that his sweet words will have an en
couraging effect on those for whom
they are intended.
Jones says in his letter, "there are
just as good men in the State who
sold whiskey under the old bar-room
system as the men who are keeping
dispensaries." While we give Mr.
Jones credit for being a good poli
tician, yet he lacks one very neces
essary essential - memory In the
Newberry county convention in ad
vocating his Prohibition theory lie
said: "No man can sell whiskey either
under the bar system or the dispen
sary and be respectable." The dif
ference is this, Jones was not at
that time trying to catch the whiskey
dealer's vote, and they could not be1
respectable, but now, that vote wvill
go towardis helping the ticket he is
chaperoning and on the principle of
"all's fair in love and war;" they can
be as respectable as anybody else, at
least for the time being; his lan
guage is fitted to the occasion. MIr.
Jones thinks our editorial was so un
fair that he concluded it wa written
by the "devil" in the editor's absence,
or that the editor had been spending
several days at the State dispensary."
The editorial criticized contained
a statement of facts not denied in the
ingeniously written advertisement of
Mr. A. C. Jones, who has recently
returned with samples from P'hiladel
phia for his fall trade; it was not
written by the "devil," but wve imag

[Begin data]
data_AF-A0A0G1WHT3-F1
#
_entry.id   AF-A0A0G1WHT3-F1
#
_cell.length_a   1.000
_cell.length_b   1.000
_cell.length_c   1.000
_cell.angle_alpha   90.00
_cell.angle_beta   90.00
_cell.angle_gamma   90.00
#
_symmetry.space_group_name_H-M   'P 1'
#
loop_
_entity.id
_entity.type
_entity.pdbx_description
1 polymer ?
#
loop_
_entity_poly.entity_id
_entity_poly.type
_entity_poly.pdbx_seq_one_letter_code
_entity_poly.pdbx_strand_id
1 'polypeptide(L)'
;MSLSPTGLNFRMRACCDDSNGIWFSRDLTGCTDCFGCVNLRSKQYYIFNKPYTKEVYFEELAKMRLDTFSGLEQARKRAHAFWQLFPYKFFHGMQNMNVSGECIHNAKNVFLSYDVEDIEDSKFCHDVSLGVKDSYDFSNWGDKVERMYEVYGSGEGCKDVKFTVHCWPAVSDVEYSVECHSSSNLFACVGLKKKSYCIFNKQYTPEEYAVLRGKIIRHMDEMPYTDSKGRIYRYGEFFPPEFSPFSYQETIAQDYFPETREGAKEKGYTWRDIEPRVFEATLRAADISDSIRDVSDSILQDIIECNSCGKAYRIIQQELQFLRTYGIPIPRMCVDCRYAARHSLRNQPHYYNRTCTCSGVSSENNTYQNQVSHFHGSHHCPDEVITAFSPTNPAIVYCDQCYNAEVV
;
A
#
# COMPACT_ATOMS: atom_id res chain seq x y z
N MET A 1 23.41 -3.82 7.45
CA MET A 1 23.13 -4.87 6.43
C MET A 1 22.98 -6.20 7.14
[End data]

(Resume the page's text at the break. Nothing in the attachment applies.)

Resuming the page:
ine our "holier than thou" friend
who grabs the official emoluments
in reach, wonders how the "devil"
we found out so much about him,
and while we wvere in Columbia
spending several days some of the
candidates on the Prohibition ticket,
nominated in violation of the consti
tution of the Democratic party, wvere
0T~OERNOR ELLERBE RELIES ON
The political croakers who are en
deavoring to manufacture sentiment
against Governor Ellerbe because he
would not lend himnself to be their pli
ant tool have not, with all of their ma
chinations, succeeded in striking ter
ror into that official. Governor El
lerbe has more faith in the people to
whom he feels responsible than in
the scheming politicians, and in a re
cent interview he strikes a note which
wvill impress the people with being
the sincere words of a man who re
cognizes himself the servant of the
people. Governor Ellerbe said:
"I do not believe that I wvill lose moro
than five or six counties at the outside. I
have received the most encouraging letters
from every section of cur State, and they
report the people as practically unanimous
for me. 31r. Brunson has the only issue
in the campaign, that of prohibition .
the dispensary. Ut if the people declare
for prohibiton. and the Legislature enacts
a prohibition law. MIr. BSrunson neither
can or will do more to carry out that law
than myself. I enforced the dispensary
law as I found it on the statute books, and
endeavored to dlo so with as little friction
as posbe I shall enforce any law that
the Leislature enacts, for I have sworn to
do so. As to Col. Watson's candidacy, he
has now adopted my plhitforw, andt there is
no issue between us. But as I have only
served one term, and have done nothing to
forfeit the confidence or trust of the people
of :uv State, I do not simply believe that